In terms of performance and benefits, whole-building lighting control systems are the foremost efficient solutions. they allow accurate multilevel control strategies, collecting consumption data for subsequent processing and analysis. This data is especially useful in supporting maintenance activities. Although the whole-building solution is technically complex, it offers the simplest potential to scale back energy consumption and supply the best possible lighting conditions for occupants.
Networked lighting solutions
Among available networked lighting solutions that buyers can choose between is Osram’s LIGHTIFY solution. this is often an innovative and intelligent lighting system with wireless functionality. Operators and occupants can use a smartphone or tablet to program LIGHTIFY ceiling lights also as lamps, switches, pushbutton couplers, sensors, or entire LIGHTIFY systems via the network. As shown in Figure 1, the wireless interface employed by the devices is predicated on the Zigbee standard, and therefore the control systems hook up with them via a gateway.
Figure 1: Possible configuration of the LIGHTIFY system (Image: OSRAM)
Zigbee may be a standard for wireless data transmission developed specifically to manage short messages, like those required by smart-home and smart-building applications. Zigbee technology ensures low energy consumption and high system longevity without maintenance. LIGHTIFY Pro targets professional applications with installations of up to 100 light points, like offices. the house version is for domestic applications with up to 50 light points.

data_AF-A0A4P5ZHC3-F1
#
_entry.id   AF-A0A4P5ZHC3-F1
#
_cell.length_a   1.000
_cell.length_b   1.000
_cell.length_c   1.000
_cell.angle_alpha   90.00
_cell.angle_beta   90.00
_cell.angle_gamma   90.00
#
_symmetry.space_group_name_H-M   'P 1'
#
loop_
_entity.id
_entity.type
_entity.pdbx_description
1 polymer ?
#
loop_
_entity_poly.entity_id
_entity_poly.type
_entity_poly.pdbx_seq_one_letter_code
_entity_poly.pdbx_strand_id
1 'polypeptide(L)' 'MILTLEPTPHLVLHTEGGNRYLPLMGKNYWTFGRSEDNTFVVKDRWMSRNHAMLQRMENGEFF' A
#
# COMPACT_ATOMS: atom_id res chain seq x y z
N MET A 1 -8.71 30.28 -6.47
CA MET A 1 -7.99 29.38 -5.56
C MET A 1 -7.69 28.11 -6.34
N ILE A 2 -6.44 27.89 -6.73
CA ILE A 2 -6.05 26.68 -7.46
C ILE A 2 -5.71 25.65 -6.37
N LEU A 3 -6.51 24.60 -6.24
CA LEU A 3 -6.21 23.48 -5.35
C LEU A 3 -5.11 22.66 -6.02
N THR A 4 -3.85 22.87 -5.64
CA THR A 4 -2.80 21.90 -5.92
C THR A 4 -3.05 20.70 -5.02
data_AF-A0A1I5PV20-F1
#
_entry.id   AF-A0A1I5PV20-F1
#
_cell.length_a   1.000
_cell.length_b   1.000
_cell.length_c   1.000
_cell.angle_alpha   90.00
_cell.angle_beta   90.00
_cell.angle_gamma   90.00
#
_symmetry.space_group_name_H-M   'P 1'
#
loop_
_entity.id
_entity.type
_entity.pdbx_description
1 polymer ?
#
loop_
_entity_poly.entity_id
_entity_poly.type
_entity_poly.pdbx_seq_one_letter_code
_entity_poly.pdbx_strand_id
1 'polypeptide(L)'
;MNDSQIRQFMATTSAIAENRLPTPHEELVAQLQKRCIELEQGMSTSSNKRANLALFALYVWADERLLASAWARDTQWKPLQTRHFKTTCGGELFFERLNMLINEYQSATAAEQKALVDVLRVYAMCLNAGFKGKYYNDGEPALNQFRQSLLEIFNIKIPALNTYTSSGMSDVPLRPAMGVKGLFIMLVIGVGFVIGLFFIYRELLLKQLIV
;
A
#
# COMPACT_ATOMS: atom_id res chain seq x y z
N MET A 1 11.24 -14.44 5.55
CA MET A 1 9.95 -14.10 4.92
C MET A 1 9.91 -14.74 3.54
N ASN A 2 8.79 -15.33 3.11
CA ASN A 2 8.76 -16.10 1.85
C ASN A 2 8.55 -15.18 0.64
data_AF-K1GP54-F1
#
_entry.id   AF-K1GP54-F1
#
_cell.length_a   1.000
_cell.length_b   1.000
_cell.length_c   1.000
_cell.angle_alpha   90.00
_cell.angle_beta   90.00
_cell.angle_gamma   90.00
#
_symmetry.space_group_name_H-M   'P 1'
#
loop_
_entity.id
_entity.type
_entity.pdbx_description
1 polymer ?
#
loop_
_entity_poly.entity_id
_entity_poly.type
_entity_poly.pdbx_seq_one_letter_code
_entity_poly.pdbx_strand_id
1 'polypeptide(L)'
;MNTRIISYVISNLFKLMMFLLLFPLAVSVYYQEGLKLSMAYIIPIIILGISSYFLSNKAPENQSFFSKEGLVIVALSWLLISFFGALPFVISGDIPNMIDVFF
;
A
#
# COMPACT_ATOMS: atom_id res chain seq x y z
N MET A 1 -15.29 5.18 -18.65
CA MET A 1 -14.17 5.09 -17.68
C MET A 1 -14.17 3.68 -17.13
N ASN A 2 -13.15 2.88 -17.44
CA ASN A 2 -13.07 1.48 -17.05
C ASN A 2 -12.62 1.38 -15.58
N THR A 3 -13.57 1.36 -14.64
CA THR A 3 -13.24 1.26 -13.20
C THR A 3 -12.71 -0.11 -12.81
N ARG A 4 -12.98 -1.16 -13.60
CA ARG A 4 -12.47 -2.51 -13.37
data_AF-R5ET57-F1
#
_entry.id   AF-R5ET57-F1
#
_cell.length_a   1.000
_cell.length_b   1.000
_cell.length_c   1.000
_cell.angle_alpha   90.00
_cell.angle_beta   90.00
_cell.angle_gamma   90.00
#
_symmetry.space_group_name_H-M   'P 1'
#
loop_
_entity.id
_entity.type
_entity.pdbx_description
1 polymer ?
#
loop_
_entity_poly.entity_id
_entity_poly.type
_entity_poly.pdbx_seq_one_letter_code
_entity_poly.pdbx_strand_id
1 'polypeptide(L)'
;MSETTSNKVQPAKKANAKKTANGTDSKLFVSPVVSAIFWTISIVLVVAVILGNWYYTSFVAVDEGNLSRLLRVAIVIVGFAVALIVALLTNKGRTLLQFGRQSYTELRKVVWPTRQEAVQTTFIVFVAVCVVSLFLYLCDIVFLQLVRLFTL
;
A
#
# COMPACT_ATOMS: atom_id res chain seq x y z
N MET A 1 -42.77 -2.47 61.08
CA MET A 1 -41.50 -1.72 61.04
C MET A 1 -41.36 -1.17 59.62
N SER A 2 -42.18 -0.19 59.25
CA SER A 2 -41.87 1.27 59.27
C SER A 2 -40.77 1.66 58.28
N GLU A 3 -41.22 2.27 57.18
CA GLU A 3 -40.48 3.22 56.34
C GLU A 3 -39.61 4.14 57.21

Philips also offers solutions for both the house and professional sectors. Its wide portfolio of products for lighting control ranges from simple wall dimmers to intelligent sensors and therefore the most advanced management and lighting control software. The Philips Dynalite series is among the foremost widely deployed, with thousands of installations worldwide. It includes an entire set of lighting control devices and is out there during a wireless version, supported the Zigbee protocol that gives all the advantages of an intelligent system, without the necessity for extra wiring.
Figure 2 shows an entire remotely controllable sensor within the Dynalite series. Dynalite sensors combine motion detection, light-level detection, and IR reception during a single unit controlled by a microcontroller.
Figure 2: A Dynalite sensor for wall mounting (Image: Philips)
Lutron Electronics, another manufacturer in lighting control systems, offers products starting from dimmers and switches to turnkey solutions for managing entire buildings. The Lutron LCP128 lighting system integrates the control of all lighting circuits, both on/off and dimmable and both internal and external, during a single, simple OS. The circuits are often activated automatically supported daily programs or manually through intuitive wall devices.
The LCP128 system is right for little business installations like restaurants, shops, spas, and recreation centers.
Network lighting advantages are often summarized as follows:
Reduction of electricity consumption and costs related to lighting systems
All companies consider minimizing costs so as to maximize profits. A lighting system can curtail costs by ensuring that the right sort of lighting is deployed and activated where and when it’s required. Lighting costs can account for up to half a building’s total costs for electricity consumption. By using programmable timers, motion sensors (which are capable of detecting when occupants enter or leave a room), and brightness sensors (which balance artificially produced a light with daylight), it’s possible to scale backlighting costs drastically.
Remote monitoring of devices connected to the network lets the system automatically send alarm notifications via email or SMS when problems arise. it’s also possible to supply daily reports indicating which devices require maintenance or replacement.